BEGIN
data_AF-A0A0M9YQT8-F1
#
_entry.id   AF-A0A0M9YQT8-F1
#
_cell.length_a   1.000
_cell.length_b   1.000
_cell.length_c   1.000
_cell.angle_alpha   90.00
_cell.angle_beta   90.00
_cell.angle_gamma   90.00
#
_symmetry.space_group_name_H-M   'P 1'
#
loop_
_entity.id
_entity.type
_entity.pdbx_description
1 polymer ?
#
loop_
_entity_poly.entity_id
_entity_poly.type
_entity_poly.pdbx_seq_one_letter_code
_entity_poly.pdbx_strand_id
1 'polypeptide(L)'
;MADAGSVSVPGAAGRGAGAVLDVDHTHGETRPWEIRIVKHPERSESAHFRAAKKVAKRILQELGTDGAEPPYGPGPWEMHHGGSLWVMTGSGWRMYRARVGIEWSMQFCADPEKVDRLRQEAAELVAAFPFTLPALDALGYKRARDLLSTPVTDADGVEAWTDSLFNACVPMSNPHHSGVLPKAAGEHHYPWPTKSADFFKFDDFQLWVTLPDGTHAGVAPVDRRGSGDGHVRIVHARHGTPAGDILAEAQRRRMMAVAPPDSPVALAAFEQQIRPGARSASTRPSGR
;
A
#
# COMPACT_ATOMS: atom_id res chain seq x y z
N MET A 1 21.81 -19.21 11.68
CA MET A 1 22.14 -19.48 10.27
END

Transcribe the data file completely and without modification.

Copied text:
data_AF-A0A0M9YQT8-F1
#
_entry.id   AF-A0A0M9YQT8-F1
#
_cell.length_a   1.000
_cell.length_b   1.000
_cell.length_c   1.000
_cell.angle_alpha   90.00
_cell.angle_beta   90.00
_cell.angle_gamma   90.00
#
_symmetry.space_group_name_H-M   'P 1'
#
loop_
_entity.id
_entity.type
_entity.pdbx_description
1 polymer ?
#
loop_
_entity_poly.entity_id
_entity_poly.type
_entity_poly.pdbx_seq_one_letter_code
_entity_poly.pdbx_strand_id
1 'polypeptide(L)'
;MADAGSVSVPGAAGRGAGAVLDVDHTHGETRPWEIRIVKHPERSESAHFRAAKKVAKRILQELGTDGAEPPYGPGPWEMHHGGSLWVMTGSGWRMYRARVGIEWSMQFCADPEKVDRLRQEAAELVAAFPFTLPALDALGYKRARDLLSTPVTDADGVEAWTDSLFNACVPMSNPHHSGVLPKAAGEHHYPWPTKSADFFKFDDFQLWVTLPDGTHAGVAPVDRRGSGDGHVRIVHARHGTPAGDILAEAQRRRMMAVAPPDSPVALAAFEQQIRPGARSASTRPSGR
;
A
#
# COMPACT_ATOMS: atom_id res chain seq x y z
N MET A 1 21.81 -19.21 11.68
CA MET A 1 22.14 -19.48 10.27